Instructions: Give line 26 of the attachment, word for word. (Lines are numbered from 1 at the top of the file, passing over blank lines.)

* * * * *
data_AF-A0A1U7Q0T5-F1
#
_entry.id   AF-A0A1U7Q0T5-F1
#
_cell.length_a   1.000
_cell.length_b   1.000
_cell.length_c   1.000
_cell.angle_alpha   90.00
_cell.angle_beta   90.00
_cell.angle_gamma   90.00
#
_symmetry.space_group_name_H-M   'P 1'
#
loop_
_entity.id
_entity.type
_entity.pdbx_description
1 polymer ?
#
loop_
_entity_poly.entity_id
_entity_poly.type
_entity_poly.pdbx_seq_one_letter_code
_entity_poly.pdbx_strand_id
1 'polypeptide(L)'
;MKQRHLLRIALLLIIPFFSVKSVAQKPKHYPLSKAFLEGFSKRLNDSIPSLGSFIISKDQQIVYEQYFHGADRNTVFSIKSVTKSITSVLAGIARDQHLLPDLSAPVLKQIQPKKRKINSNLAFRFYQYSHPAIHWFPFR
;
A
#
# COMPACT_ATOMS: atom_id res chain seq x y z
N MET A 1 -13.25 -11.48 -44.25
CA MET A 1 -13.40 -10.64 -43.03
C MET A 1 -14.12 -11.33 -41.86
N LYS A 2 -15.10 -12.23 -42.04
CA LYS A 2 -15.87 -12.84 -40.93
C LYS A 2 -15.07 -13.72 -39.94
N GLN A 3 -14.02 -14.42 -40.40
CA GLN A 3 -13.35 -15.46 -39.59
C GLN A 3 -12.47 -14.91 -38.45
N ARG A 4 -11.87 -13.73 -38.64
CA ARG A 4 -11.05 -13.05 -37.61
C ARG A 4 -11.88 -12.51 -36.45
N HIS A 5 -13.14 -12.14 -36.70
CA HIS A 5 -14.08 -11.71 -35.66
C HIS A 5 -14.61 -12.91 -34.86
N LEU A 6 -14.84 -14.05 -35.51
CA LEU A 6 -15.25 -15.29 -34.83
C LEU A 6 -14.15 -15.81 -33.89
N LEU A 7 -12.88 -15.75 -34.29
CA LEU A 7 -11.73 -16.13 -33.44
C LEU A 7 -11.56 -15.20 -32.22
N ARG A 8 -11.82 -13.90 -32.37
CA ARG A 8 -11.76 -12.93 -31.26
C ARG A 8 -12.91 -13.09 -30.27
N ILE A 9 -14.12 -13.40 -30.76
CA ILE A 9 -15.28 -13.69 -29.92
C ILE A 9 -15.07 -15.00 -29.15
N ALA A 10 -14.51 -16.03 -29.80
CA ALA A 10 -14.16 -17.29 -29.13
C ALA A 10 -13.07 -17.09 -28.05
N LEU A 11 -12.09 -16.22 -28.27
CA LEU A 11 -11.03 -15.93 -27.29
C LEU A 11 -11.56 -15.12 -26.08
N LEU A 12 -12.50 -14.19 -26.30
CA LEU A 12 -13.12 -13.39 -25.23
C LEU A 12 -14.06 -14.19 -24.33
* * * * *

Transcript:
;MKQRHLLRIALLLIIPFFSVKSVAQKPKHYPLSKAFLEGFSKRLNDSIPSLGSFIISKDQQIVYEQYFHGADRNTVFSIKSVTKSITSVLAGIARDQHLLPDLSAPVLKQIQPKKRKINSNLAFRFYQYSHPAIHWFPFR